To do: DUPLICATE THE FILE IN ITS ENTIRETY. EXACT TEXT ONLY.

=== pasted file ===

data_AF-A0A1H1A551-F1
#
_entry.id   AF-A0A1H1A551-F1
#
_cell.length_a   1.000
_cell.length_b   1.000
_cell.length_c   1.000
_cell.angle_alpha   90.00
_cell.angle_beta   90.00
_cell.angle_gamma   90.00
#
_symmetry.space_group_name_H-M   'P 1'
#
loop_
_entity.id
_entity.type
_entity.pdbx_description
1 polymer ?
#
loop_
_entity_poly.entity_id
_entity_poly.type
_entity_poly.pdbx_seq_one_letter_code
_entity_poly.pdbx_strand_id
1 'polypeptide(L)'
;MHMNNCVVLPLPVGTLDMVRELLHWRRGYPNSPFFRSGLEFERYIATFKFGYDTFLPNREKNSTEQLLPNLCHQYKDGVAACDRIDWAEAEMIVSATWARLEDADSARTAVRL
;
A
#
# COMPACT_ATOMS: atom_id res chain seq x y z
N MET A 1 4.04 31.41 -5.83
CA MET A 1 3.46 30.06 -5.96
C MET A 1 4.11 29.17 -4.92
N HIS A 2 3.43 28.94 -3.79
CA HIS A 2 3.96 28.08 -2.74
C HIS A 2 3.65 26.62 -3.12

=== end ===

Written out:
data_AF-A0A1H1A551-F1
#
_entry.id   AF-A0A1H1A551-F1
#
_cell.length_a   1.000
_cell.length_b   1.000
_cell.length_c   1.000
_cell.angle_alpha   90.00
_cell.angle_beta   90.00
_cell.angle_gamma   90.00
#
_symmetry.space_group_name_H-M   'P 1'
#
loop_
_entity.id
_entity.type
_entity.pdbx_description
1 polymer ?
#
loop_
_entity_poly.entity_id
_entity_poly.type
_entity_poly.pdbx_seq_one_letter_code
_entity_poly.pdbx_strand_id
1 'polypeptide(L)'
;MHMNNCVVLPLPVGTLDMVRELLHWRRGYPNSPFFRSGLEFERYIATFKFGYDTFLPNREKNSTEQLLPNLCHQYKDGVAACDRIDWAEAEMIVSATWARLEDADSARTAVRL
;
A
#
# COMPACT_ATOMS: atom_id res chain seq x y z
N MET A 1 4.04 31.41 -5.83
CA MET A 1 3.46 30.06 -5.96
C MET A 1 4.11 29.17 -4.92
N HIS A 2 3.43 28.94 -3.79
CA HIS A 2 3.96 28.08 -2.74
C HIS A 2 3.65 26.62 -3.12